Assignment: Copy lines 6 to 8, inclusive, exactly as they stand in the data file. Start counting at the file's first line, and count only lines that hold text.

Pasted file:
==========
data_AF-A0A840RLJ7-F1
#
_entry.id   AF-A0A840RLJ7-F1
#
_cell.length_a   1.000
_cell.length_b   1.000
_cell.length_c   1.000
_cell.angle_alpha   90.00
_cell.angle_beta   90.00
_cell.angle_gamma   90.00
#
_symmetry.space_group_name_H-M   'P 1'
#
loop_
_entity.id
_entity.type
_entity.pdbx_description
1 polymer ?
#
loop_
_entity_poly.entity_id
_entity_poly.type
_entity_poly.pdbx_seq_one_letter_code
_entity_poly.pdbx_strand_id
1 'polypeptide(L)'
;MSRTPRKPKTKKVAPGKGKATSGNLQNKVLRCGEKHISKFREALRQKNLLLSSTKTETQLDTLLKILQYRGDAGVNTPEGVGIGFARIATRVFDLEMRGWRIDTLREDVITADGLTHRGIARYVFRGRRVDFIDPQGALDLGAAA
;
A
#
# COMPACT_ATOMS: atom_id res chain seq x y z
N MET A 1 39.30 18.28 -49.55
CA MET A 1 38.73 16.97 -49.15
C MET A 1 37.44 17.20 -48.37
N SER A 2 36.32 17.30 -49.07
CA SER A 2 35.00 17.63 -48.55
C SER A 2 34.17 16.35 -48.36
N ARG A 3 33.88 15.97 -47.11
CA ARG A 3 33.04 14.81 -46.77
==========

_cell.length_b   1.000
_cell.length_c   1.000
_cell.angle_alpha   90.00